Updated on 29 January 2013
However, labels for generic drugs must include the same warnings and precautions as the branded product. AstraZeneca initially filed a citizens' petition requesting that the FDA not approve any generic that omits this safety data from their label. When the FDA denied the petition, AstraZeneca filed suit against the FDA. However, the suit was dismissed by the court and generic Seroquel was approved on schedule. However, AstraZeneca did manage to win a separate battle to protect Seroquel XR, the long-acting formulation, as the drug's patent was found valid and protected until 2017.
Overall, pharmaceutical companies and the FDA usually maintain a rather positive relationship, with newsworthy disputes occurring relatively rarely. While drug companies will naturally tend to disagree when the FDA rejects their marketing applications or request additional data before approving, the agency must act first to protect the public.
Likewise, drug developers do not wish to introduce a harmful product in the market, the result of which would only tarnish their reputation and lose the confidence of their customers. A recent case of a rejection turning out to be quite prescient was the initial rejection of Merck's marketing application for Tredaptive, a drug for treating low high-density lipoprotein (HDL) cholesterol. Although the drug was already approved in Europe and some other countries, the FDA wanted to know if Tredaptive not only raised HDL cholesterol (the "good" cholesterol), but also if it would actually help to prevent heart attacks, which is the ultimate purpose of treating dyslipidemia.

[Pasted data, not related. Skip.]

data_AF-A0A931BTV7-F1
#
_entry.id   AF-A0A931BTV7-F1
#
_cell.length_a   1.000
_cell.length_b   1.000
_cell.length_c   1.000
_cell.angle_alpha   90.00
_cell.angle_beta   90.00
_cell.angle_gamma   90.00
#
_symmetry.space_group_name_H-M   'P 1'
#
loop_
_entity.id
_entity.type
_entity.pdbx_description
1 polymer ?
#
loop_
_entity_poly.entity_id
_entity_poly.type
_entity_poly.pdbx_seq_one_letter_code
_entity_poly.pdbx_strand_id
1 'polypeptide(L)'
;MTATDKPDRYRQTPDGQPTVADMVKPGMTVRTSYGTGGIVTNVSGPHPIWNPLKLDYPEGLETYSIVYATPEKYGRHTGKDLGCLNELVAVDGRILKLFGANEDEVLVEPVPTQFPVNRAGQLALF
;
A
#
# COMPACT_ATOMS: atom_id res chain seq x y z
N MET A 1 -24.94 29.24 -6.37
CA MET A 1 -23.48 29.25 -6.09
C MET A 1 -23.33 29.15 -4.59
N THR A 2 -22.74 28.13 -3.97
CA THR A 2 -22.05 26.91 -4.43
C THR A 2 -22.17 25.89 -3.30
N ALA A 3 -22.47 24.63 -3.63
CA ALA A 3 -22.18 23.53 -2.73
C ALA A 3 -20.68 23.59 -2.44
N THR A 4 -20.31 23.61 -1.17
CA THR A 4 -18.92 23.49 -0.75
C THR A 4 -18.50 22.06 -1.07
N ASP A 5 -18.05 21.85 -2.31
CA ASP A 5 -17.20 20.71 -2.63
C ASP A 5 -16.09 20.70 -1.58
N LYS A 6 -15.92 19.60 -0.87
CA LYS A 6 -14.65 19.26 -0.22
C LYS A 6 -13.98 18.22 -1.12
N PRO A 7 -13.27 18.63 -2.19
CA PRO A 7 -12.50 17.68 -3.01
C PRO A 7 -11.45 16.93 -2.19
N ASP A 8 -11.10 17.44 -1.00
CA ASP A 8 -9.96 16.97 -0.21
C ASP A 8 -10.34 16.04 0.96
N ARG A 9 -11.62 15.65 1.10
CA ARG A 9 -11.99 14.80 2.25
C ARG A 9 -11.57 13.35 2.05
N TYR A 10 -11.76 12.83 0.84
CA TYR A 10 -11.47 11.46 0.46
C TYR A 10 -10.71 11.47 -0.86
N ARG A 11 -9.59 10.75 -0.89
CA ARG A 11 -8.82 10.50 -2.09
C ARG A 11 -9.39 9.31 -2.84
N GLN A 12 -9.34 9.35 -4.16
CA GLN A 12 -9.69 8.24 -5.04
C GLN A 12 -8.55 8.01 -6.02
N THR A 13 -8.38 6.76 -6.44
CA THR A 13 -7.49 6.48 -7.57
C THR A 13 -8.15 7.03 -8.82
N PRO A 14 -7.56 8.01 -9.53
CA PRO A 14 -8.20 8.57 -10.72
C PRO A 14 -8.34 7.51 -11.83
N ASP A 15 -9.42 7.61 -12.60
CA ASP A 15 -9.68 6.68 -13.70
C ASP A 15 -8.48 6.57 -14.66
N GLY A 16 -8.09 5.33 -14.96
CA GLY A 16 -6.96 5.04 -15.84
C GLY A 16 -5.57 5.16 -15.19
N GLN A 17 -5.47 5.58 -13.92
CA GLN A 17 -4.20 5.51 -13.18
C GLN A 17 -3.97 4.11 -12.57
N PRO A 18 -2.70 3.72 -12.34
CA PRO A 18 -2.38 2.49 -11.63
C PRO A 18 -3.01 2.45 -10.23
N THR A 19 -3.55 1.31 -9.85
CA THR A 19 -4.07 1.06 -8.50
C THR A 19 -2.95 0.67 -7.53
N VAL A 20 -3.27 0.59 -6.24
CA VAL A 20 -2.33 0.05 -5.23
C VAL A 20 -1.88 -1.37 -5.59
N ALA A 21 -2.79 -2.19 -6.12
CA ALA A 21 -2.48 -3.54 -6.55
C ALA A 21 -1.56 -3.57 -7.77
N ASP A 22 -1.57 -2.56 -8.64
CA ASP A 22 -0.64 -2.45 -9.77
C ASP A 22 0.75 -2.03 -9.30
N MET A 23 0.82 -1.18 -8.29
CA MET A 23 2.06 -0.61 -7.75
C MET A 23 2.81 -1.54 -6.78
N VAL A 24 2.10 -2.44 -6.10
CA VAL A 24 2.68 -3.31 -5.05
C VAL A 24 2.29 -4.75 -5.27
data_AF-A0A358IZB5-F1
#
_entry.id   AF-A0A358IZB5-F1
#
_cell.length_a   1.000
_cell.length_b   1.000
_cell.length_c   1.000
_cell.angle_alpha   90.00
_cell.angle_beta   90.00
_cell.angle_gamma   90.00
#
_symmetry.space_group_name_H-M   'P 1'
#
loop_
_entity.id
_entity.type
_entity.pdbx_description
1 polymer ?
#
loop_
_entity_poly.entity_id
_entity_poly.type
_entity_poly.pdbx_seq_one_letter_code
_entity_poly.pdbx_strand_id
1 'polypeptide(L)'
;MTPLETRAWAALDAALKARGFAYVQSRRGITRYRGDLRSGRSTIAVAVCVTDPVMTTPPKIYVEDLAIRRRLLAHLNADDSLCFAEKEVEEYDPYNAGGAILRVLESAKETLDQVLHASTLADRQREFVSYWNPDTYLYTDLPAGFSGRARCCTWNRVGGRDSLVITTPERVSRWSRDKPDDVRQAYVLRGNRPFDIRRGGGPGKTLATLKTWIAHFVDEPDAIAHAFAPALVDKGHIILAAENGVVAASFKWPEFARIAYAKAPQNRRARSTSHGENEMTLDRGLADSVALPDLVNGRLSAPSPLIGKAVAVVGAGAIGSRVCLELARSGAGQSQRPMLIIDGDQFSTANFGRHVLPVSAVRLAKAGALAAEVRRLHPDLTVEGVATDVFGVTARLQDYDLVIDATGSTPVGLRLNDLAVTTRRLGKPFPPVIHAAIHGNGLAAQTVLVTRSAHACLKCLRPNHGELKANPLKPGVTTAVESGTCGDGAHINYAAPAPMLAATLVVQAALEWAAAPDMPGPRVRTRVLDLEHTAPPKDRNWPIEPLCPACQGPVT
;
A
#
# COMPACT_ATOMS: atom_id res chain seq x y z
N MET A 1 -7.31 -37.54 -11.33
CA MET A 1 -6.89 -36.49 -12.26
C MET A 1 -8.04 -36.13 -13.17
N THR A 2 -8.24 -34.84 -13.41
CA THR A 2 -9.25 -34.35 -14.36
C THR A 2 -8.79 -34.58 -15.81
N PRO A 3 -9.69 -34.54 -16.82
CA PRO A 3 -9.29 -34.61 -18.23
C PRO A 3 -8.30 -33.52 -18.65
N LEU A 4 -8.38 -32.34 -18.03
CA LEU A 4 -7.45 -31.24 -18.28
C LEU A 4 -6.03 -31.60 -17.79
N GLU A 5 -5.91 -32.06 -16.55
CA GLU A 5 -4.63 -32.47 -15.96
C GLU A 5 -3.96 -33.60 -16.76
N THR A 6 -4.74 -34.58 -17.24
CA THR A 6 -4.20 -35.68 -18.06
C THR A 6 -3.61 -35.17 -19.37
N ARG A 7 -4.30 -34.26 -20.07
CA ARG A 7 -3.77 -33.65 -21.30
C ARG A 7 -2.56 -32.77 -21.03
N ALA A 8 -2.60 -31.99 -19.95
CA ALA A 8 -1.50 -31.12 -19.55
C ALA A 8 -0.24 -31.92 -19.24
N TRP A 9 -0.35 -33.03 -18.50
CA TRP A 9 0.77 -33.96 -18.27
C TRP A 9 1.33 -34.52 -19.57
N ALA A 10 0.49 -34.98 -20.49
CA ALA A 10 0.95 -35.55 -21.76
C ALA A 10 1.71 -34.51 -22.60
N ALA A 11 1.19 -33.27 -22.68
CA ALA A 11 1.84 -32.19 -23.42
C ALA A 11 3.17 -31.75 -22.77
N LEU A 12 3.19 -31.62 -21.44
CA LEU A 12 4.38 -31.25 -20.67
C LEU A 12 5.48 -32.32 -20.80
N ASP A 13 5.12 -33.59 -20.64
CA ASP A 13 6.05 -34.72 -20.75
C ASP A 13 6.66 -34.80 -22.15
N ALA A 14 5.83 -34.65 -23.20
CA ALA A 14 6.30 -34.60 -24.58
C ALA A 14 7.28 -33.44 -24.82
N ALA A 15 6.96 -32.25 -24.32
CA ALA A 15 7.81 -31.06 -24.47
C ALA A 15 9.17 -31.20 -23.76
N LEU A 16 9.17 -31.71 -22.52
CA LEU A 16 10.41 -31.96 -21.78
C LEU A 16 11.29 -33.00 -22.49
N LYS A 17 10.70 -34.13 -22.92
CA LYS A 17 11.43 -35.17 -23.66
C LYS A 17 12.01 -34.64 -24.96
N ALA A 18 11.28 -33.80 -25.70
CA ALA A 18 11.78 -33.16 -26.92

The only way to determine this is by conducting a cardiovascular outcomes trial in which tens of thousands of patients at high risk of a heart attack are followed until enough subjects experience a cardiovascular event to know if the drug had an effect or not. Upon completing such a trial, the investigators found that the drug not only had no effect on preventing heart attacks, but was also associated with increased safety risks. This news prompted Merck to pull the drug from other markets where it was approved since the benefit no longer outweighs the risk, and the European Medicines Agency (EMA) is now reconsidering their position.
From the pharma industry's perspective, dealing with the FDA is generally challenging, to say the least. The most successful companies will employ or contract executives with skill and experience in negotiating with the FDA throughout the approval process. The FDA encourages the industry to initiate communication early in the development process and maintain a relationship throughout to evade potentially avoidable pitfalls down the road.